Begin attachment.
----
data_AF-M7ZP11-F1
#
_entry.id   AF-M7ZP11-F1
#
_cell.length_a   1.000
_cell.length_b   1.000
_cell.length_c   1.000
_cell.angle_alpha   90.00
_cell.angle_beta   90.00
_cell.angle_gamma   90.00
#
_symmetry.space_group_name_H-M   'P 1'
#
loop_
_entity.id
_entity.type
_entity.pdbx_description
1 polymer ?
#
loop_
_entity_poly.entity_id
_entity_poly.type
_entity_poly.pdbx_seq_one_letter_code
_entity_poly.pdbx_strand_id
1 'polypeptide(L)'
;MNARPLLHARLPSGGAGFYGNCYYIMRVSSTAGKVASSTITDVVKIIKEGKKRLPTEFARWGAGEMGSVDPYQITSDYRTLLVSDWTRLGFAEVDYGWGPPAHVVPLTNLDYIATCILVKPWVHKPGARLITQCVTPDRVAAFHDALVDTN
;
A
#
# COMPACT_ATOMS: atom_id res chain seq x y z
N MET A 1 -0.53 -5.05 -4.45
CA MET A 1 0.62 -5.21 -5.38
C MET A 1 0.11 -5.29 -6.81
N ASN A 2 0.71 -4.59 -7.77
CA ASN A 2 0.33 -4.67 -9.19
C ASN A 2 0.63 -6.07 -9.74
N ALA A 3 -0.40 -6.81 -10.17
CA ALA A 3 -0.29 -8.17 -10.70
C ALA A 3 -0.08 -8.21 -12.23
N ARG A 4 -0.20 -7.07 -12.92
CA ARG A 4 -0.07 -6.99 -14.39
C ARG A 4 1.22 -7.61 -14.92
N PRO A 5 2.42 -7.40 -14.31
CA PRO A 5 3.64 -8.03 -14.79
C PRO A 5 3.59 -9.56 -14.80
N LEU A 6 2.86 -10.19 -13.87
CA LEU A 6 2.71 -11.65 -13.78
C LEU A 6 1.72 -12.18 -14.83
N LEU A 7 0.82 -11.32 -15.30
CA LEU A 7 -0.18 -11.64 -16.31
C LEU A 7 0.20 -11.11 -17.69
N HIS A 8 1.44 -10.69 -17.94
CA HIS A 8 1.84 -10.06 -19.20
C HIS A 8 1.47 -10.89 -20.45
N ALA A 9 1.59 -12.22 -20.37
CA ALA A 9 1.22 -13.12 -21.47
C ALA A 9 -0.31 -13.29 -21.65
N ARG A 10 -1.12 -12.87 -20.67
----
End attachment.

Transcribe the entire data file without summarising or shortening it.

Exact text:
data_AF-M7ZP11-F1
#
_entry.id   AF-M7ZP11-F1
#
_cell.length_a   1.000
_cell.length_b   1.000
_cell.length_c   1.000
_cell.angle_alpha   90.00
_cell.angle_beta   90.00
_cell.angle_gamma   90.00
#
_symmetry.space_group_name_H-M   'P 1'
#
loop_
_entity.id
_entity.type
_entity.pdbx_description
1 polymer ?
#
loop_
_entity_poly.entity_id
_entity_poly.type
_entity_poly.pdbx_seq_one_letter_code
_entity_poly.pdbx_strand_id
1 'polypeptide(L)'
;MNARPLLHARLPSGGAGFYGNCYYIMRVSSTAGKVASSTITDVVKIIKEGKKRLPTEFARWGAGEMGSVDPYQITSDYRTLLVSDWTRLGFAEVDYGWGPPAHVVPLTNLDYIATCILVKPWVHKPGARLITQCVTPDRVAAFHDALVDTN
;
A
#
# COMPACT_ATOMS: atom_id res chain seq x y z
N MET A 1 -0.53 -5.05 -4.45
CA MET A 1 0.62 -5.21 -5.38
C MET A 1 0.11 -5.29 -6.81
N ASN A 2 0.71 -4.59 -7.77
CA ASN A 2 0.33 -4.67 -9.19
C ASN A 2 0.63 -6.07 -9.74
N ALA A 3 -0.40 -6.81 -10.17
CA ALA A 3 -0.29 -8.17 -10.70
C ALA A 3 -0.08 -8.21 -12.23
N ARG A 4 -0.20 -7.07 -12.92
CA ARG A 4 -0.07 -6.99 -14.39
C ARG A 4 1.22 -7.61 -14.92
N PRO A 5 2.42 -7.40 -14.31
CA PRO A 5 3.64 -8.03 -14.79
C PRO A 5 3.59 -9.56 -14.80
N LEU A 6 2.86 -10.19 -13.87
CA LEU A 6 2.71 -11.65 -13.78
C LEU A 6 1.72 -12.18 -14.83
N LEU A 7 0.82 -11.32 -15.30
CA LEU A 7 -0.18 -11.64 -16.31
C LEU A 7 0.20 -11.11 -17.69
N HIS A 8 1.44 -10.69 -17.94
CA HIS A 8 1.84 -10.06 -19.20
C HIS A 8 1.47 -10.89 -20.45
N ALA A 9 1.59 -12.22 -20.37
CA ALA A 9 1.22 -13.12 -21.47
C ALA A 9 -0.31 -13.29 -21.65
N ARG A 10 -1.12 -12.87 -20.67